To commemorate the 80th anniversary of the start of World War II, the East of London Family History Society is inviting its members to share their wartime memories. Janet Seward reports
In August, the Newham and Redbridge branch of the East of London Family History Society will hold a members’ evening, but guests are still welcome. These evenings are an opportunity for members to share family stories or the trials and tribulations of detecting their ancestors.
We don’t usually have a theme to these evenings, but as September brings the 80th anniversary of the start of the World War II, we have decided to devote the session to memories of that time. So far, we have three confirmed speakers. Michael Potter and I will co-ordinate the evening.
One of the first significant events of the war for many was the evacuation of civilians, especially children, from areas most likely to be bombed. Most of us have family experiences of evacuation either first-hand or passed down to us. My parents and their brothers and sisters were evacuated, but a combination of home sickness and the Phoney War saw them return to London by Christmas 1939. There were, however, two heart-warming exceptions. My mother’s youngest sister and brother, aged four and six, were evacuated with a 10-year-old sister. The elder sister was given strict instructions by my grandmother that “the little ones” had to stay together, which she achieved. The two small children were placed in the loving care of a middle-aged couple who managed a smallholding in Uxbridge. The little ones kept in touch with ‘Mum and Dad 2’, as they called their evacuee parents, and still meet their grandson, who they knew as a baby as he was born while they were evacuated.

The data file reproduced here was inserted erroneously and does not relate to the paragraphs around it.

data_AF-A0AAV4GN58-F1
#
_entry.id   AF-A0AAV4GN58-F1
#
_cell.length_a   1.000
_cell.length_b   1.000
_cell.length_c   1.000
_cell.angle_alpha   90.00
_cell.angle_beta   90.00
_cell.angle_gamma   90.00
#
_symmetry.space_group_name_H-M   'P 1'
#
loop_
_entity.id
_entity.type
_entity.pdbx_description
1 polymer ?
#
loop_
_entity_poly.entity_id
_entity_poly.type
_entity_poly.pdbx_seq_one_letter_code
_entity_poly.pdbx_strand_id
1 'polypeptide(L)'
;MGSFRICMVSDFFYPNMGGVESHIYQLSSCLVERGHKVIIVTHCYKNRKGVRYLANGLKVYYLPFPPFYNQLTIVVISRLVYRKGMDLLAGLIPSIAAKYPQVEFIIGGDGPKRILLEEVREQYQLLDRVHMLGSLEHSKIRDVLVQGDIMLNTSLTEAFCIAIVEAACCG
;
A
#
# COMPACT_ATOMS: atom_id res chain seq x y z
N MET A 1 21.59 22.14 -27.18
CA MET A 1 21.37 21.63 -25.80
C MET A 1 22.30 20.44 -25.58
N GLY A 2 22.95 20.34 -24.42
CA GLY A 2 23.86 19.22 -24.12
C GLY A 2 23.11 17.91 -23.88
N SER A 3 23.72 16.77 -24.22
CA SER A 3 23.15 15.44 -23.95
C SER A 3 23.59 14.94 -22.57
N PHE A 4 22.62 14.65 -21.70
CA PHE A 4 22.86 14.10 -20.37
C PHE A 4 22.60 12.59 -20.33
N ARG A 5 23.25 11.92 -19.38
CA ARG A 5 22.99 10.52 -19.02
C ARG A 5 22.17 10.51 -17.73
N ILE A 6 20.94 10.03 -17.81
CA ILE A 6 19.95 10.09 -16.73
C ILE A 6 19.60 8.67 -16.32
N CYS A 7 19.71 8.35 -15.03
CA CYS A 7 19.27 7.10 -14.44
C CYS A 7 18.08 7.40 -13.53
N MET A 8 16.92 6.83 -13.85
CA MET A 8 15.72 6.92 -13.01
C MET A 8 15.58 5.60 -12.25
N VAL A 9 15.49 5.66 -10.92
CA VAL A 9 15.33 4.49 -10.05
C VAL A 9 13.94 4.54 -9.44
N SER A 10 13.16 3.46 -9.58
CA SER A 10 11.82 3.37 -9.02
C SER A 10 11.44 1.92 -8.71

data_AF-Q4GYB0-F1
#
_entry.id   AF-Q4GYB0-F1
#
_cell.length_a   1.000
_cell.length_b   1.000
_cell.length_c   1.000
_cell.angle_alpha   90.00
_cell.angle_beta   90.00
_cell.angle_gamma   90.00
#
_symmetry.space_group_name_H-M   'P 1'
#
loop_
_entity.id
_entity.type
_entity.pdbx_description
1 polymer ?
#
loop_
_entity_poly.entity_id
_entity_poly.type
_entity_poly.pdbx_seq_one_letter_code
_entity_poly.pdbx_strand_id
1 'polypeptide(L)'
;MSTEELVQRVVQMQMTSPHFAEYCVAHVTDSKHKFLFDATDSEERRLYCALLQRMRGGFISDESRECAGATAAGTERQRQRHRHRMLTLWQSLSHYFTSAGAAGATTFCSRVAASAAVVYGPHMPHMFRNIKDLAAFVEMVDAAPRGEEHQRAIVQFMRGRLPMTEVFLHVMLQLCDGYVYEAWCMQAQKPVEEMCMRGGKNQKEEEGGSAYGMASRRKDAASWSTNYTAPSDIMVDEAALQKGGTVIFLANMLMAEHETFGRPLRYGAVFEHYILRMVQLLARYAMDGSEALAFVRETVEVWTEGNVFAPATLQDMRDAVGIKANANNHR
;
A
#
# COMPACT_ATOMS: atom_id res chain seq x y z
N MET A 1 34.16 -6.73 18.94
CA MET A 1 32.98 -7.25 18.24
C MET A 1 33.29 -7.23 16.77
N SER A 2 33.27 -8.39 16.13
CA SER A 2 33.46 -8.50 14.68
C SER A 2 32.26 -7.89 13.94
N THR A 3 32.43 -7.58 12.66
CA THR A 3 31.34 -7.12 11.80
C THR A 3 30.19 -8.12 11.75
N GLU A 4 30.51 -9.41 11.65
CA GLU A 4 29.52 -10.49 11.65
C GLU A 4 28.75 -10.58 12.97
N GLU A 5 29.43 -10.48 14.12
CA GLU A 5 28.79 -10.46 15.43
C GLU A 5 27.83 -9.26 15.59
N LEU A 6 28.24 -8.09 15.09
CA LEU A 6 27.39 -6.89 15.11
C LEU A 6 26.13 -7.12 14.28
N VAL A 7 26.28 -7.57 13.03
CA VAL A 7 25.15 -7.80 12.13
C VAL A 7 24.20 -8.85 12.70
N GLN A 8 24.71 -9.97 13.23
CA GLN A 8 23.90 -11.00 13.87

Michael will start the event with an introduction and some first-hand memories of his wartime childhood and evacuation.
Dennis Galvin will then give a talk on his memories of being evacuated from London. Dennis summarises his experience by saying: “It all started appropriately enough with Land of Hope and Glory, Pomp and Circumstance (all men must be free) and Rose of England, and then with no buckets and spades or ice cream cornets, we seemed to go for our first-ever holiday to a very beautiful part of England.”
The advent of war meant men were called up to fight, and former soldiers and sailors, many veterans from the First World War, were required to train the new recruits. Many ex-servicemen had joined the police force when they retired from the military and, of course, the police was full of fit young men who were needed for active military service. The result was police numbers suffered just at the time a resilient full strength force was required. David Swinden will give us a short talk on the Metropolitan Police during the war. It will include how the force managed their activities by recruiting 27,000 auxiliary police officers.